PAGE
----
By Catherine Norwood
New maps detailing the water use efficiency (WUE) of wheat crops across Australia reflect the comprehensive practice changes that have taken place in the grains industry, and which have helped growers maintain production despite declining growing-season rainfall.
The data demonstrates that health of cropping zone soil is improving as a result of conservation farming methods which are restoring soil organic matter and structure ensuring more plant available water is present.
Between 1982 and 2012 more than half of Australia’s wheat-growing regions have improved their WUE by at least 50 per cent. Many areas have achieved even more than this.
Senior supply dynamics research officer with the Australian Export Grains Innovation Centre (AEGIC) Dr David Stephens has created national WUE maps using an analysis from AEGIC’s Stress Index (STIN) crop model. This uses data from more than 800 rainfall stations in grain-growing regions across the country.
He says the WUE improvements are a phenomenal result and have become an international success story for agronomic research. “It shows how technology and changes in farm practices have helped to keep growers ahead in the game.”
The modelling uses the French–Schultz method of calculating WUE as the actual yield achieved, compared with the potential yield standard of 20 kilograms per hectare per millimetre based on available soil moisture and growing-season rainfall.
The AEGIC model adjusts for district sowing dates based on a national sowing date survey. Rainfall that occurs too late in the season to influence yield is also excluded.
Although there are limitations with the French–Schultz method, Stephens says the analysis still provides a valuable measure.
Figure 1: Average water use efficiency, wheat, 1982-86.
“It shows that WUE from the early 1980s was typically below 50 per cent across most of the Australian wheatbelt (Figure 1). When the same calculations were made for the three years from 2010 to 2012, the WUE across much of the wheatbelt was above 50 per cent, with many areas approaching 70 per cent (Figure 2).
Figure 2: Average water use efficiency, wheat, 2010–12*. (*Except Queensland 2011–12)
“The percentage change between the two periods shows increases of 50 to 100 per cent – an effective doubling – across large parts of the Australian wheatbelt.” (See Figure 3).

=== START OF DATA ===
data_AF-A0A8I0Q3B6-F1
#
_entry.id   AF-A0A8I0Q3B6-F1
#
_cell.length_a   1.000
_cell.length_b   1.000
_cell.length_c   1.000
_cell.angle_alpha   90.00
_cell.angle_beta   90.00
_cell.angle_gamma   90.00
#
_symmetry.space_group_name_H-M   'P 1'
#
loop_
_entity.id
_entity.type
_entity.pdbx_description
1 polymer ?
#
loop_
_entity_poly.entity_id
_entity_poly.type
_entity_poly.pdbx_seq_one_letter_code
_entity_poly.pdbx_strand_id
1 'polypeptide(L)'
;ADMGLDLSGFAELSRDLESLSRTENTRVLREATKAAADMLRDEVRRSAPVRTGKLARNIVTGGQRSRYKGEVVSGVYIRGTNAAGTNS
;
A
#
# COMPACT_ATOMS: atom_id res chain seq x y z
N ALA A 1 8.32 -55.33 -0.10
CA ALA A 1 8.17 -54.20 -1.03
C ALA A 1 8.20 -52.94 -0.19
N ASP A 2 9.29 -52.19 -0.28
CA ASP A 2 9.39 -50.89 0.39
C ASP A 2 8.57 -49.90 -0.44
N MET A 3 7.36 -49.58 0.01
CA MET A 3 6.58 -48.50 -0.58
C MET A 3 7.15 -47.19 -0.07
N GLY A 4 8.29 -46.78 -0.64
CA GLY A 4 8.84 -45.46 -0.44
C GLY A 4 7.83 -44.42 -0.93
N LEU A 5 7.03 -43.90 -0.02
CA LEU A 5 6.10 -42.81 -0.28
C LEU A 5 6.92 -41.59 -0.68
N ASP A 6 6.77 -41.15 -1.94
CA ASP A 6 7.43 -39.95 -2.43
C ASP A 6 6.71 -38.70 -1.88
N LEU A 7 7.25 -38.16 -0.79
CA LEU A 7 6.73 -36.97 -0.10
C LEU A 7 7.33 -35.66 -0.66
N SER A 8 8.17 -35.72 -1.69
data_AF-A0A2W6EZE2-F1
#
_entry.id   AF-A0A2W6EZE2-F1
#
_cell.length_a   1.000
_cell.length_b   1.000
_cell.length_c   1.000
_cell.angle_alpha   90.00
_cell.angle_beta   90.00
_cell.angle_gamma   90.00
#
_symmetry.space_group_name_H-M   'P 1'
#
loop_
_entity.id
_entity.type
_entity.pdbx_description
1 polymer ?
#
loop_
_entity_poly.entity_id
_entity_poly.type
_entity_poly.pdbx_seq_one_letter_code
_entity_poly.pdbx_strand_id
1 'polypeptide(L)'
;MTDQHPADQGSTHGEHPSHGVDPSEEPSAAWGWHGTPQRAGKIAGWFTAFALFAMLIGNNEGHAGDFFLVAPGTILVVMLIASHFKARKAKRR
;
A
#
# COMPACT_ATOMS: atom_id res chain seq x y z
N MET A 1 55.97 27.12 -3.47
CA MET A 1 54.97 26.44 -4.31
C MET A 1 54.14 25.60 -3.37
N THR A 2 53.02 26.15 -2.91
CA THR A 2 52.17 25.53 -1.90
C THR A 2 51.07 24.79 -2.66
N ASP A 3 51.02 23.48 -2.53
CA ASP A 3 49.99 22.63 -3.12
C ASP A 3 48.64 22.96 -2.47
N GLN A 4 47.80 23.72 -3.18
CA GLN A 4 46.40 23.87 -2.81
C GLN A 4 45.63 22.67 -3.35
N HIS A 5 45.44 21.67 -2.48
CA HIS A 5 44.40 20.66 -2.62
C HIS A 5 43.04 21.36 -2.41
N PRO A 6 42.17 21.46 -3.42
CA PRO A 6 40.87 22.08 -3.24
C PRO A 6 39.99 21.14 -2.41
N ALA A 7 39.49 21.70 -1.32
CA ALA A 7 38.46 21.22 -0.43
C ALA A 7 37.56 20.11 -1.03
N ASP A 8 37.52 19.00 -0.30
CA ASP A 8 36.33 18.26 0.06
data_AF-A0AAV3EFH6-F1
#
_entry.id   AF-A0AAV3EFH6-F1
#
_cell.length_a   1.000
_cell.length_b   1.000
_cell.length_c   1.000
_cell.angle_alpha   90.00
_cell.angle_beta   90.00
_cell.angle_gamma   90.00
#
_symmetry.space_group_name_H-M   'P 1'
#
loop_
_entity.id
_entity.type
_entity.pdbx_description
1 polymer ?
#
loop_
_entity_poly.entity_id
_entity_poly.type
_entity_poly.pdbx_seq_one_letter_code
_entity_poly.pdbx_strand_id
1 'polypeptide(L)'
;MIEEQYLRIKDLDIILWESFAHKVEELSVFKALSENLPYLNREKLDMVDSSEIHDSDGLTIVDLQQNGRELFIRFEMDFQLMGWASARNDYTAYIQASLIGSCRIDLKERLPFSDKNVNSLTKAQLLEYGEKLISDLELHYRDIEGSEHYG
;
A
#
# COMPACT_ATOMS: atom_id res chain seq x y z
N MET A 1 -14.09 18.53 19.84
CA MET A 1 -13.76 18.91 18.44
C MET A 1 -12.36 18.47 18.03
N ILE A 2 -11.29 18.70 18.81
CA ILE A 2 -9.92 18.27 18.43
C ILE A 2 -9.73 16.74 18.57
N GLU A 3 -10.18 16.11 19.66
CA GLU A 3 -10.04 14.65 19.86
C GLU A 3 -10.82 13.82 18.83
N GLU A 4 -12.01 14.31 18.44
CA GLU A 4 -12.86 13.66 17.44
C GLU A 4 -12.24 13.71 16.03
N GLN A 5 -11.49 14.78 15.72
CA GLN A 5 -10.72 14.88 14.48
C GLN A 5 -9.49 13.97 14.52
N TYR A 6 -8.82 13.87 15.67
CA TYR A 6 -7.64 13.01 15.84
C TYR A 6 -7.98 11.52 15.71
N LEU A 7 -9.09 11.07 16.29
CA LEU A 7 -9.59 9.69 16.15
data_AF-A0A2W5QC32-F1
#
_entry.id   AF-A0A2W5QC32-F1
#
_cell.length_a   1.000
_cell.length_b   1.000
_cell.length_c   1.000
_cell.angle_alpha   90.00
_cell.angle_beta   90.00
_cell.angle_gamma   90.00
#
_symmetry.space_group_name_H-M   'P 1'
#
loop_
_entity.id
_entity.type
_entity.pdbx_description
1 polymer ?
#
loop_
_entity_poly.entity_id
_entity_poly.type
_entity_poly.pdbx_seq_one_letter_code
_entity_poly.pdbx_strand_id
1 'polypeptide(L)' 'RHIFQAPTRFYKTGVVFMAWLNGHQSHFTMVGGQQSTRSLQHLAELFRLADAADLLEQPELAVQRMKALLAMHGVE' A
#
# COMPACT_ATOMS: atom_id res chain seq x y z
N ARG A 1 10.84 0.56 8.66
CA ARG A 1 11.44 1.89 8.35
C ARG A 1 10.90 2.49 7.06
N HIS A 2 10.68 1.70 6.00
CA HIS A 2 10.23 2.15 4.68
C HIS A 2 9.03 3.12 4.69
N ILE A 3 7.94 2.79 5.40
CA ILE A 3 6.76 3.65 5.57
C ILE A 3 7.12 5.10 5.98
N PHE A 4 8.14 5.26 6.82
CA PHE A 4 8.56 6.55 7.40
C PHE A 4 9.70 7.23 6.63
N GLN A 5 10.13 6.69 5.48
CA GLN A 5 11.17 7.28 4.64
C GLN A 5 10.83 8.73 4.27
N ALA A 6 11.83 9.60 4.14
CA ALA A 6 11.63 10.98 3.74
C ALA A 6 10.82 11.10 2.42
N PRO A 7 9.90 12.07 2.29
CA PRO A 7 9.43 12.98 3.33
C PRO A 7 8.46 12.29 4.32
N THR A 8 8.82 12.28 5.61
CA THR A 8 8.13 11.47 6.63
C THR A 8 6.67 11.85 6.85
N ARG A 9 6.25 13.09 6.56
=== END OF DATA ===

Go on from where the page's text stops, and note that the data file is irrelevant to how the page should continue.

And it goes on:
Stephens says improved crop production efficiencies have helped growers to make more of available water, and to counter the five to 30 per cent decrease in growing-season rainfall seen since 2000.
Growers have reduced inputs in response to climate conditions and become more conservative, which has resulted in yields overall levelling off. However, yields based on available water have continued to improve.
Figure 3: Percentage change in Australian water use efficiency in wheat in 2010–12 compared with 1982–86*. (*Except Queensland 2011–2012 compared with 1982-86)
Stephens says he expects they will continue to do so, given improved crop varieties and further changes to farming practices.
“For example, better seeding equipment, optimal input application, increased dry and deep sowing linked to optimal sowing dates, soil additives (liming, gypsum), soil structural improvements (claying) and summer weed spraying are all helping to improve WUE.”
The lowest WUE efficiencies now occur in more marginal, variable regions where growers are more conservative in their cropping and the application of inputs. The greatest improvements are found in the higher-rainfall areas of southern Victoria and Tasmania where growers have shifted their focus more from livestock to cropping systems and are using much better crop-management practices. Smaller improvements in northern Victoria are related to a reduction in long fallow and an increase in crop intensity, which is not strictly accounted for in the model.
Aggregating WUE at a state and national level over time shows how changes relate to season types, Figure 4.
Figure 4 Australian water use efficiency 1980-2013.
Lower WUE occurred in severe ought years, particularly El Niño years, where many paddocks were not harvested or were used to feed livestock. Lower WUE also occurred in very wet years in 1983 and 1992 in Western Australia and in 1998 in eastern Australia.
Figure 4 also shows that WUE over a longer 34-year period in WA has essentially doubled from an average 35 per cent to 70 per cent over the past three decades. The increase in eastern Australia has recently averaged 60 to 70 per cent on previous WUE rates.
Stephens says since the drought years there has been a steady increase in WUE in eastern Australia as growers have realised the importance of this strategy in the drying climate. In WA, there was a more steady increase in WUE owing to less severe climate events.
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